Blanc, Benazzi farewells signal end of French golden era

LAURENT BLANC and Abdelatif Benazzi, who both ended their careers recently, symbolised a golden era for French sport.

LAURENT BLANC and Abdelatif Benazzi, who both ended their careers recently, symbolised a golden era for French sport.

Manchester United's French defender Laurent Blanc holds the Premier League Trophy after defeating Everton at Goodison Park in Liverpool. Blanc ended his professional career as a footballer with the last match of the Premier League season. — Pic. AFP-

Blanc, the 1998 World Cup-winning defender, finished his playing days with Premier League champions Manchester United at Everton, while utility forward Benazzi ended his rugby union career turning out for Saracens at Sale.

Their retirements turned a page on the most successful sporting decade in the history of a nation once more renowned for its cheese and wine than its sporting prowess.

Blanc, who bade farewell to professional soccer at 37 after 20 years in the game, did not captain France in their 1998 World Cup and Euro 2000 campaigns. But he was dubbed "The President", a clear sign of who the boss was in the squad.

Benazzi never won a world title but remains one of the few to have played in three World Cups — 1991, 1995 and 1999.

Their paths to sporting glory may look different but they were the perfect illustrations of the blend that turned France into Europe's leading sports nation at the turn of the century.

Blanc, who retired from international football with 97 caps, typified France's youth system launched in the 1970s, which helped the country become soccer's leading power.

Benazzi, meanwhile, was not a home-bred sportsman but an import from the north-African country of Morocco.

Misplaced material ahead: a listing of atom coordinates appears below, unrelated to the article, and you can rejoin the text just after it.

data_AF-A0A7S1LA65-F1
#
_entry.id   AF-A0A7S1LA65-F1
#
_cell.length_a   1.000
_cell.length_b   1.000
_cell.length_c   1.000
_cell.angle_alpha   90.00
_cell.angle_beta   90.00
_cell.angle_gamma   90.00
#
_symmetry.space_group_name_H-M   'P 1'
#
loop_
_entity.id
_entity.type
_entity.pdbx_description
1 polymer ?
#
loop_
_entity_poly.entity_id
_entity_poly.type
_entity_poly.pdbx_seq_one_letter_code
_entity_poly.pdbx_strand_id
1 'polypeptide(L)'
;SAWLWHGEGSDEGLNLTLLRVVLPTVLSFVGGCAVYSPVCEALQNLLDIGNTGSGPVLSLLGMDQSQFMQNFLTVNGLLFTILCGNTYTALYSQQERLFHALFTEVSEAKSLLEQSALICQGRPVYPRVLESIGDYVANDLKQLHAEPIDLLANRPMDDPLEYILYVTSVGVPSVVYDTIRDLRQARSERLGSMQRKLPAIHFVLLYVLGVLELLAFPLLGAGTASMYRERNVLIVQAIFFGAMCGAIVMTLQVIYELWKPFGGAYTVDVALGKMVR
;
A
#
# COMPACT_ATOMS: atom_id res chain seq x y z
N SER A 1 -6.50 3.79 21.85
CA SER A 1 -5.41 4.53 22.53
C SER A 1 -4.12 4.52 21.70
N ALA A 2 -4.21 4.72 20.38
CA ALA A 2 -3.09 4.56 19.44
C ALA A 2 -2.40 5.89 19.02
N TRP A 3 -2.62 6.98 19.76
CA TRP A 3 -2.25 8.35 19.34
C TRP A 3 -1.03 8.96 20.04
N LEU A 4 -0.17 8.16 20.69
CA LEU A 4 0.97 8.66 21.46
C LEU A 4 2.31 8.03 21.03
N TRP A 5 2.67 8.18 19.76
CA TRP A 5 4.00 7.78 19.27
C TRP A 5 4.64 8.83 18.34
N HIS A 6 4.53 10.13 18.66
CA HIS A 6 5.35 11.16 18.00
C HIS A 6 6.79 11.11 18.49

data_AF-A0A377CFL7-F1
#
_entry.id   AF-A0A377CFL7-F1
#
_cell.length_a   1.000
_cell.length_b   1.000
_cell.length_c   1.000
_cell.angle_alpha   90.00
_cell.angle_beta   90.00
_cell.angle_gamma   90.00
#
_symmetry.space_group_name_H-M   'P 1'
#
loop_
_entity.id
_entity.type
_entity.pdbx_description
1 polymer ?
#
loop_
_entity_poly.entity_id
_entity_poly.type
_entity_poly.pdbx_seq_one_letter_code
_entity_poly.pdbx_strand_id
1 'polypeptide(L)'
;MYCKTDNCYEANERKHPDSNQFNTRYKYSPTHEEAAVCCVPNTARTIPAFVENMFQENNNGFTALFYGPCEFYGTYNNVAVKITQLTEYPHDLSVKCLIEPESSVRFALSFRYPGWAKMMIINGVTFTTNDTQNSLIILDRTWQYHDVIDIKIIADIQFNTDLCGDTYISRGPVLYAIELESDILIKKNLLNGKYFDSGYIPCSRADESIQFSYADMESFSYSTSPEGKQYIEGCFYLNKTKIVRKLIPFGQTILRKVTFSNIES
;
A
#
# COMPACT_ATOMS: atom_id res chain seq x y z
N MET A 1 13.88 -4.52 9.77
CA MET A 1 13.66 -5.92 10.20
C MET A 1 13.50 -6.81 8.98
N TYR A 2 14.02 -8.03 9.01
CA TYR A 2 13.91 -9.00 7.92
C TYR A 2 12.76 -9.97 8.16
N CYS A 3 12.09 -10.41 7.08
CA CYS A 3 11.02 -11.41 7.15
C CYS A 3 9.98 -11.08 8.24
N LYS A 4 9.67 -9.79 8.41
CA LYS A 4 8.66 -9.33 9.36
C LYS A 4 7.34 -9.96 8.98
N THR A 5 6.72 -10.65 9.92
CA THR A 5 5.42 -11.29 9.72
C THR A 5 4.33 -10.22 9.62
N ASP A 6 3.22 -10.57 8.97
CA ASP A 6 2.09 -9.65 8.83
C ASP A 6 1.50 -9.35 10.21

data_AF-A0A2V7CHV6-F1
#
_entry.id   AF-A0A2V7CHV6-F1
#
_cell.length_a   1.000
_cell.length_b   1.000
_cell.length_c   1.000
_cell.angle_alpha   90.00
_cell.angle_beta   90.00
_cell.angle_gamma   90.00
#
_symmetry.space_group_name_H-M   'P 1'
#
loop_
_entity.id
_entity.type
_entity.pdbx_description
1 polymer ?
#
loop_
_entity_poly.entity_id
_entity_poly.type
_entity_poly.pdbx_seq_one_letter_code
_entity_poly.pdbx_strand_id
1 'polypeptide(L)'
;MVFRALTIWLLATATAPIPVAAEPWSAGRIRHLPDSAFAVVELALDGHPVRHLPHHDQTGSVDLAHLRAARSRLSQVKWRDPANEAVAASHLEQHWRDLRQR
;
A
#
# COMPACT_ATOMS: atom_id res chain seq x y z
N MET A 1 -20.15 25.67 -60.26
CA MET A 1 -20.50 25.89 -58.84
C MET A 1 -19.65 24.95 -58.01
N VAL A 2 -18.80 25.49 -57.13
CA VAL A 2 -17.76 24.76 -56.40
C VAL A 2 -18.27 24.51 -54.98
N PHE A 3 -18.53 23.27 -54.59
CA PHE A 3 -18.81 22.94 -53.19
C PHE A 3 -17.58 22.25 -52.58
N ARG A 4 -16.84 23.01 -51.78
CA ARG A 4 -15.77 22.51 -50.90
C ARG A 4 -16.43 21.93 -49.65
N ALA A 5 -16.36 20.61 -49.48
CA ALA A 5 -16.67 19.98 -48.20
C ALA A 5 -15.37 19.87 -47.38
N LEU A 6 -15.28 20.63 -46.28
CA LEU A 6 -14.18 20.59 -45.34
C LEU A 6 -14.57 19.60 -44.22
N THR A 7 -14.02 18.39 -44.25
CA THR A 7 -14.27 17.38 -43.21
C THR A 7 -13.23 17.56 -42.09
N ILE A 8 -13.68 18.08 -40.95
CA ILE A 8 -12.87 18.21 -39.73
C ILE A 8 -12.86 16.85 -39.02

Spotted and trained at Montpellier, Blanc stayed with his hometown club for eight years before a disappointing one-year stint at Napoli in the 1991-1992 season.

At the time, a French player in a foreign league was the exception rather than the rule.

But the man who made headlines by kissing the bald skull of France's goalkeeper Fabien Barthez started a trend that has not stopped. Almost 100 French professionals now play abroad.

"I had a long career, or I should say I was lucky to have a long career, and I was super lucky to spend my last four seasons at two great clubs, Inter (Milan) and Manchester United," Blanc told sports daily L'Equipe.

"Even if I had ups and downs and even if I made the wrong choice at times, satisfaction dominates. I'm not jumping up and down with joy, I'm just pleased to have had an accomplished career."

Blanc also has the satisfaction of belonging to the generation that did what the previous one, the era of Michel Platini and Jean Tigana, failed to do — win the World Cup.

Benazzi never quite made it that far, failing in the 1999 final against Australia and coming close in 1995 in a semi-final against South Africa when he was stopped inches from a try that would have put France into the final.

Born in Oujda, Morocco, in 1968, he became a trailblazer for the strong French community with North African origins — a community that also spawned soccer's former World Player of the Year Zinedine Zidane.

"I broke a number of taboos in a very conservative sport and to be honest, I'm very proud of it," he told French daily France Soir.

Benazzi's success, and his 78 games for his adopted country, also paved the way for the "black, blanc, beur" (black, white, Arab) craze that gripped France in 1998 when its soccer team won the World Cup.

After leaving France at the turn of the century they truly made their mark abroad and in the process significantly raised the profile of their home country in the sporting world.